• Engine misfires may be present or intermittent

In some rare cases, you may not notice any symptoms other than the Check Engine light coming on.

Causes of the P0354 code

Several issues can cause a vehicle's powertrain control module (PCM) to store a P0354 code. Some of the more common causes include:

  • Vacuum manifold leak
  • Faulty ignition coil(s)
  • Faulty idle control valve
  • Faulty electronic housing
  • One or more faulty spark plugs
  • Short to voltage or ground in the COP driver circuit
  • Open in COP driver circuit
  • Bad connection on coil or broken connector locks
  • Bad coil (COP)
  • Defective transmission control module

Possible solutions

Is the engine experiencing a malfunction now? Otherwise, the problem is most likely temporary. Try wiggling and checking the wiring on spool # 4 and along the wire harness to the PCM. If tampering with the wiring causes misfires on the surface, fix the wiring problem. Check for poor connections at the coil connector. Make sure the harness is not knocked out of place or chafing. Repair if necessary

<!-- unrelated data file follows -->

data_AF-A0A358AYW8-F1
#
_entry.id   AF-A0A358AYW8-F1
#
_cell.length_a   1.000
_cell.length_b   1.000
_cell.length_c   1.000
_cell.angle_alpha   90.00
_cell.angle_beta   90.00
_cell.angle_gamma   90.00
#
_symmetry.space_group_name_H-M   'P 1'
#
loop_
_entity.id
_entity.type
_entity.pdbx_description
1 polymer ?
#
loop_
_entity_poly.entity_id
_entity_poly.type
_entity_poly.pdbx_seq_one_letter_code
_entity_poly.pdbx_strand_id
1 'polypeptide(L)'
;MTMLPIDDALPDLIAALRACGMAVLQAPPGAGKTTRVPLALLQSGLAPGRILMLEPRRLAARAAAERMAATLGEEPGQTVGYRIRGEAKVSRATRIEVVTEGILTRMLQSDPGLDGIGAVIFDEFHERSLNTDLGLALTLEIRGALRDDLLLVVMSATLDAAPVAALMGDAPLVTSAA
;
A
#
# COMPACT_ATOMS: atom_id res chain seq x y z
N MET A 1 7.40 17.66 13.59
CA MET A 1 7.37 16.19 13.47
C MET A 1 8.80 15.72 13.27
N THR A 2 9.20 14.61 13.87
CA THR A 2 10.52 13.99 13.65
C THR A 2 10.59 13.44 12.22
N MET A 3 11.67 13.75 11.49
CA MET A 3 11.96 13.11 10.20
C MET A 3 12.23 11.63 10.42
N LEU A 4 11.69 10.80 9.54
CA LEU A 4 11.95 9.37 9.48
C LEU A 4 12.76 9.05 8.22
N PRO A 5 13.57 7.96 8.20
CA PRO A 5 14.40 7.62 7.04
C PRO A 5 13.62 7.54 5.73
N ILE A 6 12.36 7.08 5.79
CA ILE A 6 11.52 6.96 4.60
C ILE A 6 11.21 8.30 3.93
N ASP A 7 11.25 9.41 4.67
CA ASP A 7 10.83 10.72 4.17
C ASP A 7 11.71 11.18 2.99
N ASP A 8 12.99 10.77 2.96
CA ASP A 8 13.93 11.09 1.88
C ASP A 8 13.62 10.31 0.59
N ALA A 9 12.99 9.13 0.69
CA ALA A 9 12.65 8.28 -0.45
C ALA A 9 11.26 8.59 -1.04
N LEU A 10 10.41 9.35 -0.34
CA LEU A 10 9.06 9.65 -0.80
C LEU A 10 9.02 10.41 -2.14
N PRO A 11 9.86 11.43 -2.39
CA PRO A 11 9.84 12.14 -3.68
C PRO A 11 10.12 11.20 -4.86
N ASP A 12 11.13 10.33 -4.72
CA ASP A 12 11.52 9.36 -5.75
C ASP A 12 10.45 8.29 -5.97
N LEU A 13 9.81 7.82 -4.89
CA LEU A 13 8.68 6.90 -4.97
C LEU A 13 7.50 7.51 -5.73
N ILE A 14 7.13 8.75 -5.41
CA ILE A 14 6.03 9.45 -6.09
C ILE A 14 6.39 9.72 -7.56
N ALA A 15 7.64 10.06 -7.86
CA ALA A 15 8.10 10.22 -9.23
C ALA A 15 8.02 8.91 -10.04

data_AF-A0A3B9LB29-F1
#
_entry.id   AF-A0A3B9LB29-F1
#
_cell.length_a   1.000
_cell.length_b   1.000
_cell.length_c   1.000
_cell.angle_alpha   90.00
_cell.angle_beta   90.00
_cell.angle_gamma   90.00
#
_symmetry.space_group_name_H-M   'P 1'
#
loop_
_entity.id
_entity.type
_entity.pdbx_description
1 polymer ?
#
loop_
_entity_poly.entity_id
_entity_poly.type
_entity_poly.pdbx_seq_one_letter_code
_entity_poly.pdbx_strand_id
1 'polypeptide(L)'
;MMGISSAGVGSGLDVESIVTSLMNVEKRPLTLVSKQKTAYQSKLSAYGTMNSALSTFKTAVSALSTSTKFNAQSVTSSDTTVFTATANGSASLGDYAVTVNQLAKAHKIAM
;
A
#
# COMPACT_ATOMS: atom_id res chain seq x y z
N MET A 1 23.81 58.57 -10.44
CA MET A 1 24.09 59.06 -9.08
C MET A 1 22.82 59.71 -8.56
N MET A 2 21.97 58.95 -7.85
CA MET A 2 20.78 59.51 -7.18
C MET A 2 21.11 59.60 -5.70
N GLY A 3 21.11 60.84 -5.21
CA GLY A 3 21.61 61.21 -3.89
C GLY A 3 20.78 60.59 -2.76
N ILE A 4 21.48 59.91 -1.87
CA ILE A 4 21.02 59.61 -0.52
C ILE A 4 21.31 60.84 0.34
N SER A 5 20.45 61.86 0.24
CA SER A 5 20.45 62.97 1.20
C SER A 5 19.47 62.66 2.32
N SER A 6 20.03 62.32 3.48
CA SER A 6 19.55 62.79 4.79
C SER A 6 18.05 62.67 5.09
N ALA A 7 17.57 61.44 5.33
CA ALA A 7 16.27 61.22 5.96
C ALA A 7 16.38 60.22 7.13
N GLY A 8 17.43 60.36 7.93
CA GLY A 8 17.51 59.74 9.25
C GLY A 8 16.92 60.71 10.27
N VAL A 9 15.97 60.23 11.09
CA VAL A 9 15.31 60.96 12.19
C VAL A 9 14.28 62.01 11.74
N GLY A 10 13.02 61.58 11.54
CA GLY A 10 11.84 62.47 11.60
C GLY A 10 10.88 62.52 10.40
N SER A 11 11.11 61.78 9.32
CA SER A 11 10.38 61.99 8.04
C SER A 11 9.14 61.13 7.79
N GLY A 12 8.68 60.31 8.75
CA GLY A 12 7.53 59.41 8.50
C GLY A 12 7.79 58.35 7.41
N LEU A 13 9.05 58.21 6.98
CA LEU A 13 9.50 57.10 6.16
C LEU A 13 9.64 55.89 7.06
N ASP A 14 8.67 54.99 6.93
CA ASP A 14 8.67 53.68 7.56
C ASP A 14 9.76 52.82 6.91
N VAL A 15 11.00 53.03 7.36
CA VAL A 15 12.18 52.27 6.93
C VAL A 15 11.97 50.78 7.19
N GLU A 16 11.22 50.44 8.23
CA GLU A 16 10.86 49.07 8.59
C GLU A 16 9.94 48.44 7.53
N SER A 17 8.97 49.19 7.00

If the engine is currently malfunctioning, stop the engine and disconnect the No. 4 coil harness connector. Then start the engine and check for a control signal on coil # 4. Using the scope will give you a visual reference to observe, but since most people don't have access to it, there is an easier way. Use a voltmeter on the AC hertz scale and see if there is a reading in the range of 5 to 20 Hz or so, indicating that the driver is working. If there is a Hertz signal, replace the # 4 ignition coil. This is most likely bad. If you do not detect any frequency signal from the PCM on the ignition coil driver circuit indicating that the PCM is grounding / disconnecting the circuit (or there is no visible pattern on the scope if you have one), leave the coil disconnected and check the DC voltage on the circuit driver on the ignition coil connector. If there is any significant voltage on this wire, then there is a short to voltage somewhere. Find the short circuit and repair it.